Carolina Dreams: Tour 77

The Marshall Tucker Band

Carolina Dreams Tour’77, a double-CD/single-DVD set from the Marshall Tucker Band, was recorded at one of my favorite hometown concert spots, the Capital Theatre in Passaic, New Jersey. I lived (and still live) one town over in Clifton, and the dear, sweet Capital was the venue of choice for us mid 70s teens. It was perfect for any band who could scare up 3,000 or so fans, which the Marshall Tucker Band could easily do at this stage of their career. This show was performed after the release of Tuckers’ fifth album, Carolina Dreams, which includes the group’s top 20 single “Heard It In A Love Song.” We’re talking the classic MTB lineup with Jerry Eubanks on woodwinds and harmony vocals, George McCorkle on electric, as well as 12- and 6-string acoustic guitars, Doug Gray providing the distinctive lead vocals, Paul Riddle on drums, and brothers Tommy and Toy Caldwell on bass and lead guitar, respectively. This version of MTB was a strong six-piece, pure Southern rock band at the height of their powers, just about to hit it big.

Even non-Southern rock band fans like myself (though I do harbor a bit of a thing for Skynyrd), MTB does have the added distinction (and I think the one thing that makes them stand out, really) of having such a virtuoso reed player in Eubanks. Nowhere is this more evident than on the first CD as he plays melodic flute runs in “Love Song,” and later jams on “Take The Highway.” The recording is noisy at times, and though cleaned-up somewhat, it properly presents Marshall Tucker in that wild, wacky and pot-smoke filled setting of the Capital, very much like all those brittle old theaters you across this country. You can hear the effort they put into their live shows, most notably when they flow easily from the opening track, “Fly Like An Eagle” right into “Long Hard Ride.” Then there is that almost telepathic connection Doug Gray talks about in the booklet’s liner notes: “We’d look at each other with our heads down, but we’d be paying attention. It wasn’t a competitive thing between us we — all wanted to make things creative for everybody.” This is certainly evident on a song like “I Should Have Never Started Lovin’ You,” another highlight on the first CD.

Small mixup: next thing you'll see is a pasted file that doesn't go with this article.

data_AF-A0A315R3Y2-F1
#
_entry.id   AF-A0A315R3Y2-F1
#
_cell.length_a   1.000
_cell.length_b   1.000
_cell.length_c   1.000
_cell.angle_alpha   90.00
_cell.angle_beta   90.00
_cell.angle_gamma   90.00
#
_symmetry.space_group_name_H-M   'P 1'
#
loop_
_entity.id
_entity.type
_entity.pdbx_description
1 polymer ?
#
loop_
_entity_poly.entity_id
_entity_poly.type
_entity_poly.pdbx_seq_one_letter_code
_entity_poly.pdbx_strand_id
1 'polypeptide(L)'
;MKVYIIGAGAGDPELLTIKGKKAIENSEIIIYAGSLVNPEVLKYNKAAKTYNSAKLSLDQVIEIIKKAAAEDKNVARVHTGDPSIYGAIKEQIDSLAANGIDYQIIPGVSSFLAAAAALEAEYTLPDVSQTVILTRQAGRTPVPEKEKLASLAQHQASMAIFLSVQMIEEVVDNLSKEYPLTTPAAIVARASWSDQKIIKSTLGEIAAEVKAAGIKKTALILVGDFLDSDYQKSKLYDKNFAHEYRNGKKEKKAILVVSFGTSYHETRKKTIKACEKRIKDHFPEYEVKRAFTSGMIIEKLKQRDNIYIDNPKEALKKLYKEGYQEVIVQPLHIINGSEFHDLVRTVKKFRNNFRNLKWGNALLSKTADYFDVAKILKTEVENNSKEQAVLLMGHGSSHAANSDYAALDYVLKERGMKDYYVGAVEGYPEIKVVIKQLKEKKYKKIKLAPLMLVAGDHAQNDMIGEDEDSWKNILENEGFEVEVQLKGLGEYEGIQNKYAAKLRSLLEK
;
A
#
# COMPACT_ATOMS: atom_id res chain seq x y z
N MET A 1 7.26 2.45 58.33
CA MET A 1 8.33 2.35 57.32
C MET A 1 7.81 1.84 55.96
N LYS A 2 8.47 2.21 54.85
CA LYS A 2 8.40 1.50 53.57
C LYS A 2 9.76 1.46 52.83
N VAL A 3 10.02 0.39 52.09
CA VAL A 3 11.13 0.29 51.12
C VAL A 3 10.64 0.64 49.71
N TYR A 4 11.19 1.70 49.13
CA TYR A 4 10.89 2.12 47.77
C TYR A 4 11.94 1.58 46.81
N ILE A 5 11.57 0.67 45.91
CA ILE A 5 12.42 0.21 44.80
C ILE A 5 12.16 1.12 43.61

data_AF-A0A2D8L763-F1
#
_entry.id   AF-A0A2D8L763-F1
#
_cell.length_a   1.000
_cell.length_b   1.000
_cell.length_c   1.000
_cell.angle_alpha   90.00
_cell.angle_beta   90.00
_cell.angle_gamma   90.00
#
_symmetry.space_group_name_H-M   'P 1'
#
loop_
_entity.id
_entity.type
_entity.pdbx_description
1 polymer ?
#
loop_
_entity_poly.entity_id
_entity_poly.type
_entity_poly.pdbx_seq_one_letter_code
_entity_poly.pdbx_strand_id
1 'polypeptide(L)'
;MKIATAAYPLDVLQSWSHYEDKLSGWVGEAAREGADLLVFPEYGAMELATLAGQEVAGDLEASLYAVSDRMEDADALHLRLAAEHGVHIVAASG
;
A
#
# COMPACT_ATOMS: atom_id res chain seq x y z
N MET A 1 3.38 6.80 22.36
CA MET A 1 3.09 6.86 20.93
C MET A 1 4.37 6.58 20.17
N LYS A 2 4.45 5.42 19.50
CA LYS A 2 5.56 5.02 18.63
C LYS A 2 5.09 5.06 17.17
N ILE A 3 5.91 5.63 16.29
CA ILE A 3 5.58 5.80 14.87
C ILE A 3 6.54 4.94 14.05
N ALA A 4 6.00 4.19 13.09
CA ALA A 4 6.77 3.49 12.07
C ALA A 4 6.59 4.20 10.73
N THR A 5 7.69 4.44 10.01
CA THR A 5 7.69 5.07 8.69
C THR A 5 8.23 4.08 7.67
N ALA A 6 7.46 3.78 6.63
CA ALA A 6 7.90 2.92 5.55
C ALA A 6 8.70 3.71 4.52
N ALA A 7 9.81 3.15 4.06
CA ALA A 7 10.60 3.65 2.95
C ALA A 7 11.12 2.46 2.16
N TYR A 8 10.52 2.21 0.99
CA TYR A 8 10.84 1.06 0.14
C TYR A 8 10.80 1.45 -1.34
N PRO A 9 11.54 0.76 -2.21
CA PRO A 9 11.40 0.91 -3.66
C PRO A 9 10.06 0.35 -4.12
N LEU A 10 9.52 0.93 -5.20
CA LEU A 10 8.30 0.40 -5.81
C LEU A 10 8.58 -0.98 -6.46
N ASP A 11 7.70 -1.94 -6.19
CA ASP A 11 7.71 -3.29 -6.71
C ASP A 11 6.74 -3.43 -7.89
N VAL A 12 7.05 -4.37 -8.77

The second CD opens with “Never Trust A Stranger,” a chugging mid-tempo number, followed by “24 Hours At A Time.” which sounds like it was taken from a different source. “Ramblin,’ is pure MTB at their bluesiest fun, followed by the crowd-pleasing “Can’t You See,” which ends the regular set. The DVD is taken from the same concert at the Capitol, with the exception of “24 Hours At A Time,” which was ‘reconstructed’ from a few sources (it seems the band didn’t have sufficient footage of this song, so we get a little footage and interspersed video instead). And while it’s nice to have all this visual accompaniment, I dare say watching Marshall Tucker perform, especially from a video source this rough, is only the most diehard fan will appreciate. The DVD stands as a historical document and nothing more for the causal fan. There is also some commentary from lead singer Doug Gray, which is nothing more then a stilted interview playing over the show, instead of being specific to the action taking place. Despite a few misfires on the DVD, there’s a lot to dig about this set. It’s nice to hear the Marshall Tucker Band from back in the day, just about before they broke big with “Love Song.” And it’s especially nice to see and hear them play a venue that meant so much to me personally.

~ Ralph Greco, Jr.

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